The North Carolina Business Court recently held that a seller’s breach of a merger agreement could support a claim not only for breach of contract, but also for violating the provisions of that state’s Unfair and Deceptive Trade Practices Act (UDTPA). I haven’t seen this kind of consumer protection statute used in M&A litigation, but this case suggests that it may sometimes be a viable option in certain situations if the state in question has a strong unfair trade practices statute in place.
Every state has some form of unfair trade practices statute that’s designed to protect consumers from conduct involving shady business practices, but those statutes vary in terms of their strength. North Carolina’s version appears to have some teeth. In addition to allowing a plaintiff to be awarded attorneys fees for willful violations, it also provides a remedy for actions that, while not representing a mere breach of contract, involve misconduct that doesn’t rise to the level of fraud. All that is required is for the act in question to have “the tendency or capacity to mislead, or created a likelihood of deception.”
In Loyd v. Griffin, (NCBC 9/21), the UDTPA claim was asserted as part of a counterclaim by the defendant in an action arising out of a business dispute between an insurance agency and its former agent. The parties had originally sought to provide the plaintiff with an interest in the business, and settled upon a merger between his business and the defendant’s agency as the means of providing him with that ownership interest. The merger agreement apparently included a broad “compliance with laws” rep under the terms of which the plaintiff represented that his company “has complied with and is not in default in any material respect under any laws, ordinances, requirements, regulations, or orders applicable to its business.’ ”
The insurance agency subsequently sought a buyer for its business, and during the course of due diligence, it was discovered that the plaintiff allegedly issued a number of false insurance certificates both before and after the merger. That discovery not only disrupted the proposed sale, but also resulted in an investigation of the agency by North Carolina regulators. To add insult to injury, the plaintiff allegedly refused to assist the agency in identifying all of the false certificates that he issued.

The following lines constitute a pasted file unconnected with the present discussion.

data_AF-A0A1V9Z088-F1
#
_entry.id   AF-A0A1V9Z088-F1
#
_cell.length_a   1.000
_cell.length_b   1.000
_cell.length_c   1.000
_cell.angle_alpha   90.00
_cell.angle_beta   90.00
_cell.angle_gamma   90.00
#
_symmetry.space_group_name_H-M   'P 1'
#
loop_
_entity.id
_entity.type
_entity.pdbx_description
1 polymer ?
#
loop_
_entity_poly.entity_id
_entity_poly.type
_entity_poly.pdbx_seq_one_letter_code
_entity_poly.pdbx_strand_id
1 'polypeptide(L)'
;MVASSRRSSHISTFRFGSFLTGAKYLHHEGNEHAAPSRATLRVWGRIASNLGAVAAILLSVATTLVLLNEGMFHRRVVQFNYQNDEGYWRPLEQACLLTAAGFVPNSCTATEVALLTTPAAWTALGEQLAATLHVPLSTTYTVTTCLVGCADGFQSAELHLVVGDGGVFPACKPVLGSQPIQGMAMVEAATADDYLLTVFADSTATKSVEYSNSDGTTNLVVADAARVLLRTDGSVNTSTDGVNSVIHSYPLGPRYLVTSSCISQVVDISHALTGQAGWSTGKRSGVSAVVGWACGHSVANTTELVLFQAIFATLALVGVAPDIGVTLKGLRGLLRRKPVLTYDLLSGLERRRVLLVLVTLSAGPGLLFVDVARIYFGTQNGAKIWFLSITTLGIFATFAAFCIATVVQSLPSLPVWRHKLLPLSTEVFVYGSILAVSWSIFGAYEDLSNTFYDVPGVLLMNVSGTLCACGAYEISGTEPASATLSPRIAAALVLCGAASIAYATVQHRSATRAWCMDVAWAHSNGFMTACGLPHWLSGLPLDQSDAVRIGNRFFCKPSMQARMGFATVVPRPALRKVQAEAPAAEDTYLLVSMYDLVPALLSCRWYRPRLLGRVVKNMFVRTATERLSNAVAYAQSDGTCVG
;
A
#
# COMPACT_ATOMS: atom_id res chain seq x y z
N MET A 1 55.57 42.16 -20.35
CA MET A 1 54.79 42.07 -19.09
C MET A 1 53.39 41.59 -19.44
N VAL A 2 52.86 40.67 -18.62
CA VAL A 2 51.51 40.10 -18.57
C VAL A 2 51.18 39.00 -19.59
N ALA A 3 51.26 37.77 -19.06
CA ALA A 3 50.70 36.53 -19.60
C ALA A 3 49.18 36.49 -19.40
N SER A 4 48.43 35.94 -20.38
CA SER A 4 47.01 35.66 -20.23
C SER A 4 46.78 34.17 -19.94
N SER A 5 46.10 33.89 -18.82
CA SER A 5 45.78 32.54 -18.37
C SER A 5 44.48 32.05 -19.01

The agency terminated the plaintiff, and the litigation ensued. After the plaintiff initiated the lawsuit, the defendants filed a counterclaim alleging breach of the merger agreement and other agreements between the parties, fraud, breach of fiduciary duty, and a violation of the UDTPA. The plaintiff moved to dismiss, contending that a breach of the merger agreement couldn’t form the basis for a UDTPA claim. The Court disagreed:
“It is well established that ‘a mere breach of contract, even if intentional, is not sufficiently unfair or deceptive to sustain an action under N.C.G.S. § 75-1.1.’ ” Id. (quoting Branch Banking & Tr. Co. v. Thompson, 107 N.C. App. 53, 62 (1992)) (internal citations omitted); see also SciGrip, Inc. v. Osae, 373 N.C. 409, 427 (2020) (“[A]n intentional breach of contract, standing alone, simply does not suffice to support the assertion of an unfair and deceptive trade practices claim.”); Birtha v. Stonemor, N.C., LLC, 220 N.C. App. 286, 298 (2012) (“North Carolina courts are extremely hesitant to allow plaintiffs to attempt to manufacture a tort action and alleged UDTP out of facts that are properly alleged as [a] breach of contract claim.” (quoting Jones v. Harrelson & Smith Contr’rs, LLC, 194 N.C. App. 203, 229 (2008)) (internal citation omitted)
For a breach of contract to fall within the scope of [the UDTPA], “[e]gregious or aggravating circumstances must be alleged” and ultimately proven. Becker v. Graber Builders, Inc., 149 N.C. App. 787, 794 (2002) (citing Bartolomeo v. S.B. Thomas, Inc., 889 F.2d 530, 535 (4th Cir. 1989).
The Court ultimately concluded that, taking the allegations in the counterclaim as true, the defendants had established sufficiently egregious conduct to support a UDTPA claim premised on a breach of the merger agreement. It also found that even if “egregious or aggravating circumstances” weren’t present, the fraud and breach of fiduciary duty allegations were sufficient on their own to establish a claim under the UDTPA.
– John Jenkins